For control all season long,schedule your appointment
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Presidential Pest Control603-444-11111-800-966-5568www.prespest.com
Serving, ME, NH & VT
Continued from page A1
those varieties had promise. Mycolleagues and I chose 7 of themost promising, shortest seasonvarieties from those trials to tryin New Hampshire. We wrote asmall grant proposal to NewEngland Vegetable and BerryGrowers Association and cameup with a plan to take the 7 newvarieties and compare them to anon-resistant variety that doeswell in our climate. I’ve beengetting a lot of questions thissummer about genetically mod-ified crops so in case you arewondering, the new varieties arenot genetically modified, theyare the result of traditional plant breeding.One of the challenges for farm-ers and gardeners in NH is thatgrowing conditions vary widelyfrom one end of the state to theother. So to make sure we gotthe best possible information wedecided to run the trial simulta-neously in three different loca-tions; Durham, Ossipee and North Haverhill. The GraftonCounty Farm and I have collab-orated on a number of trials over the last few years and they pro-vided the land and the equip-ment for the North Haverhillsite. The Carroll County Farmand UNH’s Woodman ResearchFarm agreed to host the other two sites, and we were in busi-ness.Or, we thought we were in busi-ness, until it started raining.And kept raining. Some fields puddled, and the plants startedto look a little yellow. But,okay. Rain equals disease pres-sure and we are trying to seehow the new varieties wouldstand up to disease, right?Right, but for a while there itwas looking like the pressurewould be a little too great.Things got better, I’m happy toreport. Once the rain slowed,the plants recovered. And, weare seeing enough disease togather data on resistance, but sofar not enough to kill the plants.We haven’t had late blight yeteither, which would force us tokill the plants ourselves to pro-tect area farms.I would guess we are close to peak production in most sites,with enough green fruit left onthe plants to see how they racefrost and disease. Stay tunedthis winter when we post theresults on our research report page,https://extension.unh.edu/Grower-Resources/Research-Reports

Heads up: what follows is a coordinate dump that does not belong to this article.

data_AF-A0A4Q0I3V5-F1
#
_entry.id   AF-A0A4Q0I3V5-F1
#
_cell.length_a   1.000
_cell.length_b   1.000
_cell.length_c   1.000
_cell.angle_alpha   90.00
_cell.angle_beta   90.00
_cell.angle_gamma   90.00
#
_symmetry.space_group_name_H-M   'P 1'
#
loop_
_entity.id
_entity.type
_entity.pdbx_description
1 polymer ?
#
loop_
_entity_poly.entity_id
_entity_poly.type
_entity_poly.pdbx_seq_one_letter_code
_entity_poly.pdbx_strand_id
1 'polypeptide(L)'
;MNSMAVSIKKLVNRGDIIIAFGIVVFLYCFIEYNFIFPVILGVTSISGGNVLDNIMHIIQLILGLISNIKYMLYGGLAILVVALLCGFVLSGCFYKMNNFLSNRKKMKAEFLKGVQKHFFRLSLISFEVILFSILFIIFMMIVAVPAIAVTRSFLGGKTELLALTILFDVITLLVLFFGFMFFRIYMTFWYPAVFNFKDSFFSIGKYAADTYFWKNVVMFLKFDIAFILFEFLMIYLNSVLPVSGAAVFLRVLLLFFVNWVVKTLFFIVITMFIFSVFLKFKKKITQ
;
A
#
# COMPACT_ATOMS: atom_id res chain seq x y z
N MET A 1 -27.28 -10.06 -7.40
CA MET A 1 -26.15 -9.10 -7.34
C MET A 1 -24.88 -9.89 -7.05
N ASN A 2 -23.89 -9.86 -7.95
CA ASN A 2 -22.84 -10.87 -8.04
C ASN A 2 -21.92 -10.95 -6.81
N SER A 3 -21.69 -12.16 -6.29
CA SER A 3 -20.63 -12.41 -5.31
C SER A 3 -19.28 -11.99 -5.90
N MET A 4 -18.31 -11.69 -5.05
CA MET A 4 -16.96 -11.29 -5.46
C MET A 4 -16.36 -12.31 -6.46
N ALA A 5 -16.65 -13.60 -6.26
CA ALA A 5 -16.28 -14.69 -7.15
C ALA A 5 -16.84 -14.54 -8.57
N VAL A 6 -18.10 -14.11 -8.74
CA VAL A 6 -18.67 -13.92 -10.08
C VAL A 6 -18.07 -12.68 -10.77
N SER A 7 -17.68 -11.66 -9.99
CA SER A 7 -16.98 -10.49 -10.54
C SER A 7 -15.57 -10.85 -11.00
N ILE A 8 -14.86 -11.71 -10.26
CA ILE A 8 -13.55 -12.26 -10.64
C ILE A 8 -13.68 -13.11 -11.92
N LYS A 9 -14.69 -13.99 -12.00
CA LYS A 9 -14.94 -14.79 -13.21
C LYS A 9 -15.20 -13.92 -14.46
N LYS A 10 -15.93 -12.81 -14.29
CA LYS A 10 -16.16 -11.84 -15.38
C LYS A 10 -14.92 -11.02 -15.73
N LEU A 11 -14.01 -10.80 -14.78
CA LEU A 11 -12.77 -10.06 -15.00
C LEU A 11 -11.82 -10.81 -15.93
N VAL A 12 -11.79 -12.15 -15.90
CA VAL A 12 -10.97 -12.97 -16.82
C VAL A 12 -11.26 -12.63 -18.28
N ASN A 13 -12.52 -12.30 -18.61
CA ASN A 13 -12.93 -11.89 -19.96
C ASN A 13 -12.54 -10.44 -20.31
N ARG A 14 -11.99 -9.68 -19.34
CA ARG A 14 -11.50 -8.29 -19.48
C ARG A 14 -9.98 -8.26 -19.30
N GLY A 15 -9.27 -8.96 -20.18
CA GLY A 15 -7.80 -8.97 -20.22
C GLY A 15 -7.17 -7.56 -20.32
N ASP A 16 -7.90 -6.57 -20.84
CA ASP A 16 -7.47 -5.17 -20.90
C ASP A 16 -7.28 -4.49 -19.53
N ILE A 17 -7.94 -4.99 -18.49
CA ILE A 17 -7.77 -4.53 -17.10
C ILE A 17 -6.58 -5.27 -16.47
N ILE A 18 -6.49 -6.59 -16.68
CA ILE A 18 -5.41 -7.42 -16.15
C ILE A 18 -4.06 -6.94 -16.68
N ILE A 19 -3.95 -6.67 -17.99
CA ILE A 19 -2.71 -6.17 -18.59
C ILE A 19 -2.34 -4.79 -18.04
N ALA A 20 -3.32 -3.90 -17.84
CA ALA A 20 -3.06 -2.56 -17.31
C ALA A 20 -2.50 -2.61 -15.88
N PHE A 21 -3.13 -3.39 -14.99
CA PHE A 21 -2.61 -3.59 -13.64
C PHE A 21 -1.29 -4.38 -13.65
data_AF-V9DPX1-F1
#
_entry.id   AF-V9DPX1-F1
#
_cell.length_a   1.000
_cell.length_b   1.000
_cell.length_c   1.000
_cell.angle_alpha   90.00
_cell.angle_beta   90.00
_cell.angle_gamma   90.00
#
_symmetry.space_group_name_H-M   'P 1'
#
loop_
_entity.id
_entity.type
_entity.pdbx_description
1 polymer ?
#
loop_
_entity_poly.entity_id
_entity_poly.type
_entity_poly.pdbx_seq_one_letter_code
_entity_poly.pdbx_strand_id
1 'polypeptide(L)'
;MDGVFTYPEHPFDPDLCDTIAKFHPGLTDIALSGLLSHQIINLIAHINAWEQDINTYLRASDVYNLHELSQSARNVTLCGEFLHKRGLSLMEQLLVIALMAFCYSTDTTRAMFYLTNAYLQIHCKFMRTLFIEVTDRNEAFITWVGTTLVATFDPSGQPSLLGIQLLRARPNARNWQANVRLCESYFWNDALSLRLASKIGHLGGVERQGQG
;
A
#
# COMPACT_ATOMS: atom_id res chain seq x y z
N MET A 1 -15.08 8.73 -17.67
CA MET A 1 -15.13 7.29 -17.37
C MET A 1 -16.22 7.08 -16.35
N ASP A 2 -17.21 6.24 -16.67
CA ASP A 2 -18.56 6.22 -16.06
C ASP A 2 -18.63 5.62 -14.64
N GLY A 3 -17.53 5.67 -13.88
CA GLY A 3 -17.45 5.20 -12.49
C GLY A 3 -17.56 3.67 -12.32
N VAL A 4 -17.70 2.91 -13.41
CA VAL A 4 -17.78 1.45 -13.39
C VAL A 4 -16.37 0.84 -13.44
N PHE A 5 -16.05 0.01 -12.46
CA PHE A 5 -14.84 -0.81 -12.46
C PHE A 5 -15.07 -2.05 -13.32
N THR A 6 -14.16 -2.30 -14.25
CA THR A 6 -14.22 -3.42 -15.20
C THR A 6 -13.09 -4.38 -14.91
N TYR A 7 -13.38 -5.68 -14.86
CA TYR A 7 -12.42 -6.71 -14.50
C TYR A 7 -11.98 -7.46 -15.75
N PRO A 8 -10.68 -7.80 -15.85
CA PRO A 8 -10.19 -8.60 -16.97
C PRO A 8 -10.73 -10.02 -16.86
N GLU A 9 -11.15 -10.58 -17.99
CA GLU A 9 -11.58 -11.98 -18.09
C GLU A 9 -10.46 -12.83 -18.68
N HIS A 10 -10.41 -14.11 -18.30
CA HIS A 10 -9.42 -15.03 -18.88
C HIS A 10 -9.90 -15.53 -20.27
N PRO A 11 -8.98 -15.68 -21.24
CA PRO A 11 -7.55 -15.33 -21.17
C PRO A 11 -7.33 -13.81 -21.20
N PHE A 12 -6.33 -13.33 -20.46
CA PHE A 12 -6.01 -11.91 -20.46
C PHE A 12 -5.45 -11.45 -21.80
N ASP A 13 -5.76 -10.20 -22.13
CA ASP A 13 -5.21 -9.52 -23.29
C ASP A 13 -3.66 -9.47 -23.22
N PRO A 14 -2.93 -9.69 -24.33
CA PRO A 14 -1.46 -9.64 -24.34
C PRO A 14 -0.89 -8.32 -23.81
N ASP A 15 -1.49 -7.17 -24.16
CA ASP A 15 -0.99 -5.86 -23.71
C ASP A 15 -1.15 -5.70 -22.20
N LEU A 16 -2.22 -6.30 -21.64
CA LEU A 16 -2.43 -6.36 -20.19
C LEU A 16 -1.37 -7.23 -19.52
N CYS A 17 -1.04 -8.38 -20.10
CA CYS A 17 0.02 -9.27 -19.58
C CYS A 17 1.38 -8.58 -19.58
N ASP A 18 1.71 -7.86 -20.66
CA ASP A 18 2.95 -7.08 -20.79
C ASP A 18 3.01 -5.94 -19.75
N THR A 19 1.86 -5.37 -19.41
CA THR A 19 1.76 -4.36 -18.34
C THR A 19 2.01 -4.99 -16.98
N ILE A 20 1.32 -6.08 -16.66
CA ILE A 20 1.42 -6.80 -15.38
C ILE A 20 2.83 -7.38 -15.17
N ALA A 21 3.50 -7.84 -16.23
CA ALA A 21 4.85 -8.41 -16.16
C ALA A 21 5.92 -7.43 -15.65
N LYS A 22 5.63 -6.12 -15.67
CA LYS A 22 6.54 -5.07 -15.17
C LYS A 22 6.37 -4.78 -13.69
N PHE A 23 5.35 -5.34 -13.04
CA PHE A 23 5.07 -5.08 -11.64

Continued from page A1
 N.H. Big Game ManagementPlan athttp://www.wildnh.com/Hunting/Hunting_PDFs/NH_Big_Game_Plan_FINAL.pdf.) A lot of that downward trend hasoccurred because peoplerequested fewer moose. Why?The primary driver for the pub-lic desire for fewer moose has been to reduce moose-vehiclecollisions. These encounters arenow down to about 170 per year; from 1996 to 2002 theaverage number of moose killed by vehicles in New Hampshirewas well above 200 (225-265 per year). However, other formsof moose mortality appear to beon the increase.
Are moose numbers downthroughout the state?Rines:
We're most concernedabout the White Mountains andcentral New Hampshire, wherewe have seen pretty significantreductions in recent years (since2007), even with reduced num- bers of moose hunt permits being issued. We believe theseareas are likely being hit withthe double whammy of bothwinter tick and brainworm (a parasite that deer can transmit, but are unaffected by). In other  parts of the state, theConnecticut Lakes Region is atgoal while the North region isslightly below goal, as is theSoutheast region. Southwest New Hampshire remains belowgoal.
People say they are not seeingas many moose in the NorthCountry as they used to. Isthis because moose numbersare down?Rines:
Yes, in part. But at pres-ent, moose are at goal in theConnecticut Lakes Region andalso in two of the three units thatmake up the North region. Wehope we’ll be able to maintain
 Story continues on page A6 
Setting The Record Straight: The FutureOf Moose In NH Is Uncertain______________ 
  A   P   P   L   E  S
M   U   M   S